More and more often I give up on a book. The latest was the second in the Sam Acquillo series by Chris Knopf, Two Time. I had liked the first book, which I read years ago. I followed it with Sean Chercover's first PI novel, Bad City, Bad Blood, and nearly gave up on it, but struggled through. Last night I started The Cactus League, a novel set in Arizona during baseball spring training that has received great reviews. But I plan to take a Peter May UK crime novel and a couple of non-fiction books with me to our cottage on Lake Winnipeg just in case. Today is Canada Day.

pattinase (abbott) said...

Hi Kent! How about you? I almost posted an old review of yours on FFB last week. I like Peter May. Happy Canada Day and be glad to live there.

pattinase (abbott) said...

I probably shouldn't have started it at midnight. It might have affected me.

pattinase (abbott) said...

Jeff-Is most of the shorts you read from anthologies? Are they crime? All sorts of things.
And yes, George life is too short and I am a promiscuous book chooser but a fussy book reader.

Jeff Meyerson said...

Some collections are anthologies, some are single author. Recent single author: Joe Hill, James Sallis, Art Taylor, currently Ray Garton. Anthologies: Flight or Fright (Stephen King), Lady on the Case (Muller & Pronzini), currently The Big Book of Reel Murders (Otto Penzler). Most are mysteries, some horror. But also have read more straight fiction stories.

TracyK said...

I hardly ever put a book aside. Usually I know (hope) a book will interest me to get through it.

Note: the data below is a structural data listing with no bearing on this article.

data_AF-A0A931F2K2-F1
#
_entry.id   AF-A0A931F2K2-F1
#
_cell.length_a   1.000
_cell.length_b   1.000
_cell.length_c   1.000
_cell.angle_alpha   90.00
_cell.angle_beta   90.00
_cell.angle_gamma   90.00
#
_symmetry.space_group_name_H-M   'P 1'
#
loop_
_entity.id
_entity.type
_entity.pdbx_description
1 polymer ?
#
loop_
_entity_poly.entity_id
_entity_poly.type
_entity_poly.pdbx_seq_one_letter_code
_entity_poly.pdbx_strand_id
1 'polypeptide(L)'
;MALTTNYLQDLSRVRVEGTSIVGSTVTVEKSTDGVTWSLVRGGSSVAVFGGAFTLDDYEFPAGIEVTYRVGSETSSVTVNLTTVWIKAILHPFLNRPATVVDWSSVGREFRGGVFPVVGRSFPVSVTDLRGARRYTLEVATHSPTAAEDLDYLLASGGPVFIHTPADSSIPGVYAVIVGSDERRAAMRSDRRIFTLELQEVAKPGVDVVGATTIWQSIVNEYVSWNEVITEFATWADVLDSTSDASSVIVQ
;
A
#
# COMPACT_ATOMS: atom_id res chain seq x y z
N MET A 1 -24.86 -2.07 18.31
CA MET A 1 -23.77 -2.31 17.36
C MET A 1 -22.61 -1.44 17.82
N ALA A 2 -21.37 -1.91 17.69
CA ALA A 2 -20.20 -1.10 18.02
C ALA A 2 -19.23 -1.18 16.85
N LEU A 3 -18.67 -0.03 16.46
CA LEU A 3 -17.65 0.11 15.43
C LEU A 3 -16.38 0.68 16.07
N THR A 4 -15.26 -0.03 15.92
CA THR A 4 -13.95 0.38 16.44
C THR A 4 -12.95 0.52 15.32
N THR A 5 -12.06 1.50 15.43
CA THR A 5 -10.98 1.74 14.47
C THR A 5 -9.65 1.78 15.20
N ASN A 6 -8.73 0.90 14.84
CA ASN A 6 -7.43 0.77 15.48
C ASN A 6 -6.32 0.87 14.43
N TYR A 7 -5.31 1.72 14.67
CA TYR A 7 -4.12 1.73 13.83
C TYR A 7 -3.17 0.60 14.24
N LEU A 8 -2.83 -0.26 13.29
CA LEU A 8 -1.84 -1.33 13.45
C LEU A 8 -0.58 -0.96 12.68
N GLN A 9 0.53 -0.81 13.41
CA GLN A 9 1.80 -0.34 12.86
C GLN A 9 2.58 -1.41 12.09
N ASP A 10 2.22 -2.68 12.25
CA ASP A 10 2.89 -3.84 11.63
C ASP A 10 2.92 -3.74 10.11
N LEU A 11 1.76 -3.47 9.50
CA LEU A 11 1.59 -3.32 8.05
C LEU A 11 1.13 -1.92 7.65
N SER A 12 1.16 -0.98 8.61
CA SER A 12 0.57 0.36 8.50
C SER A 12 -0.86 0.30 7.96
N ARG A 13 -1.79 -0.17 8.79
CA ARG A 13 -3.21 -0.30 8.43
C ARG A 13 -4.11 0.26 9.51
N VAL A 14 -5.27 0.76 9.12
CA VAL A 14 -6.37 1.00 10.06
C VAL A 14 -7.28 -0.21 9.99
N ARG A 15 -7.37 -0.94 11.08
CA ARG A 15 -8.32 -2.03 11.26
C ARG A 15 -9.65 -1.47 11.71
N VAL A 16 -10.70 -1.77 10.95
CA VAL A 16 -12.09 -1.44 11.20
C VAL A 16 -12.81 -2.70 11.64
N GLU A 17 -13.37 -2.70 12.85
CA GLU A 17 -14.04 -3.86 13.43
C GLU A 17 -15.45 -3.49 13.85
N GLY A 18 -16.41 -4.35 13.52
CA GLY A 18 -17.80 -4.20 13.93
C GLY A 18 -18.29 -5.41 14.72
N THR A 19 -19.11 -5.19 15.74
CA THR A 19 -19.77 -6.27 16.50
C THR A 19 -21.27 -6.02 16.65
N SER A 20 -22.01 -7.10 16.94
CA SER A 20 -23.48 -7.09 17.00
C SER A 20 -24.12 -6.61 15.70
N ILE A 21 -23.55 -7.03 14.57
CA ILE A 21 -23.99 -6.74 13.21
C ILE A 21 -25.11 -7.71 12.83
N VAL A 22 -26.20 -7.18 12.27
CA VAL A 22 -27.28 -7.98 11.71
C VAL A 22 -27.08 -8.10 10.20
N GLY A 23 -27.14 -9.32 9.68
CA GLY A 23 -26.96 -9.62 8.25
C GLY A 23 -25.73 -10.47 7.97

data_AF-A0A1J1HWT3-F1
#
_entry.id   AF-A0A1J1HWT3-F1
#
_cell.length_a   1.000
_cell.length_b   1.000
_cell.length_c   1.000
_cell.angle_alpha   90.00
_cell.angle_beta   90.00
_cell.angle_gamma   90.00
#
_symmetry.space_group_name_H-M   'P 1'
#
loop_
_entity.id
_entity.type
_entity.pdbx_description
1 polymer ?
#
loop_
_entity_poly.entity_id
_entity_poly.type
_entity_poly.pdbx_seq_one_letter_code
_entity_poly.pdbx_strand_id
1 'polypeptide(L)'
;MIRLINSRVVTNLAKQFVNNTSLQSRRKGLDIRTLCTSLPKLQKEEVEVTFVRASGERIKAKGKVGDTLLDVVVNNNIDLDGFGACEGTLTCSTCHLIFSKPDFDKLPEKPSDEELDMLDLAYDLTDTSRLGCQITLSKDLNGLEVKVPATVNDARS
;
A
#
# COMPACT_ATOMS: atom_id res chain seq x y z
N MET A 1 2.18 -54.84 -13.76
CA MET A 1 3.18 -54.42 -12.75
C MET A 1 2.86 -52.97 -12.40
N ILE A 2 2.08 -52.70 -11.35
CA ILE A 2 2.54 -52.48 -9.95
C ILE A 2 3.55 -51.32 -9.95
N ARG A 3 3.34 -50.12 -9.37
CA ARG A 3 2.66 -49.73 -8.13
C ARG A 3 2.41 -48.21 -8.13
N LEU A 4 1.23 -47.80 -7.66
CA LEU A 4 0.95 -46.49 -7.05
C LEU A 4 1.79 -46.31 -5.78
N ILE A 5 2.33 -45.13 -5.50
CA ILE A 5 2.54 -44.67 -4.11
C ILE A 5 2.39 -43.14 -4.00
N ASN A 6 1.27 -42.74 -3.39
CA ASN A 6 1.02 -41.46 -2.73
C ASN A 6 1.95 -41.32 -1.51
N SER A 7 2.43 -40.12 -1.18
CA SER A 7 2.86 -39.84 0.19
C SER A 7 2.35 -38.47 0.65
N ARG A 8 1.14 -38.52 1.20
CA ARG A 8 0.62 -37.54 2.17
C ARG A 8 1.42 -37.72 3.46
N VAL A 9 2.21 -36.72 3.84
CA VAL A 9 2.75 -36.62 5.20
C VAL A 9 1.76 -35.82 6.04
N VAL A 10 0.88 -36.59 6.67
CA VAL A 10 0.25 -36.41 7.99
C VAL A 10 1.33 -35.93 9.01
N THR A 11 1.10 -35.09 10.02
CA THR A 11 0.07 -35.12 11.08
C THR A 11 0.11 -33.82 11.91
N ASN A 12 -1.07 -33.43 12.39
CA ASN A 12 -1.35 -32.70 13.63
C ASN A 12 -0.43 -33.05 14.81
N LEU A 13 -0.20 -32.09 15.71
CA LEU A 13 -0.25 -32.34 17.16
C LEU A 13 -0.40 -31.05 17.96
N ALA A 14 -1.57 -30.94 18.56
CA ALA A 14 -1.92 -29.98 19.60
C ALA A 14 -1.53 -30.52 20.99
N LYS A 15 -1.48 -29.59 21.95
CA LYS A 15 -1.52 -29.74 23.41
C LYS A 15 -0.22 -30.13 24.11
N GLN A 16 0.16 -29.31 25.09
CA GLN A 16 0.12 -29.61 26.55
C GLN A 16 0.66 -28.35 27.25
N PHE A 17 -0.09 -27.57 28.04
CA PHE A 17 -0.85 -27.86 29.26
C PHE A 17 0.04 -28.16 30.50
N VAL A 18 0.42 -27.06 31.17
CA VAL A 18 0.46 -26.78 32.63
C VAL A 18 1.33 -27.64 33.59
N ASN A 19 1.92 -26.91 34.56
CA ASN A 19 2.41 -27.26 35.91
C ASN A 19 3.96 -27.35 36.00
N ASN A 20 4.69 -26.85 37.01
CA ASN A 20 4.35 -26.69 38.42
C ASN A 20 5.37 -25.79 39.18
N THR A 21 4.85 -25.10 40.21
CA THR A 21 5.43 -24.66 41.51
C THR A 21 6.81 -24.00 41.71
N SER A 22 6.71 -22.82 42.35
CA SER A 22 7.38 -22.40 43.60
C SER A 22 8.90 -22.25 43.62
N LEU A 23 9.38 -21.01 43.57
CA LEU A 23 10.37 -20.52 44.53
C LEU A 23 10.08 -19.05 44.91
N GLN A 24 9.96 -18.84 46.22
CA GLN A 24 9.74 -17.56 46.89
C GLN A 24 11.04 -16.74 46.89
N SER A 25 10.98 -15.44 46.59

With a lot of nonfiction books I start reading, then set it aside, knowing it will be a book that I will read over time. In most cases that is not a good way to read them and it does take forever to finish them. But I don't read much nonfiction.

pattinase (abbott) said...

I admire sticking to it. I may have done that in my younger days but now I am always thinking, I could be reading something I will like more. Probably a week or a month later, I would have stuck with it.

Margot Kinberg said...

You have a nice reading list there, Patti. I've had a few experiences putting a book aside and then coming back to it. Sometimes it's time issues, and sometimes it's because I feel that it's not the right time for a particular book. It doesn't happen too often to me, but it has happened.

Gerard Saylor said...

Over the past couple weeks I bailed out on Johnny Marr's autobiography and the GORMENGHAST novel. Marr is a guitarist and in The Smiths. I'm sure there are greatly interesting stories in there but I'm just not getting into it.

I've been reading BLOOD AND CINDERS after Anthony Neil Smith plugged it. I like the novel quite a bit and am surprised I did not finish it yet. Set in 1949 London about a motorcycle speedway team. The security guy for the stadium looks into an accident and keeps digging into more trouble. Reminded me of the film HELL DRIVERS (1957) but London is still filled with rubble, widows, aimless children, and war veterans starting over.

pattinase (abbott) said...

A motorcycle speedway team. Hard to imagine there is a big audience for it given that reading and racing seem so far apart.

Todd Mason said...

Never assume. My father was an auto racer in his youth. Sometimes, in cross-country racing, with my mother as navigator. They both were readers, my father voraciously. My parens did some cycling, but never liked that as much.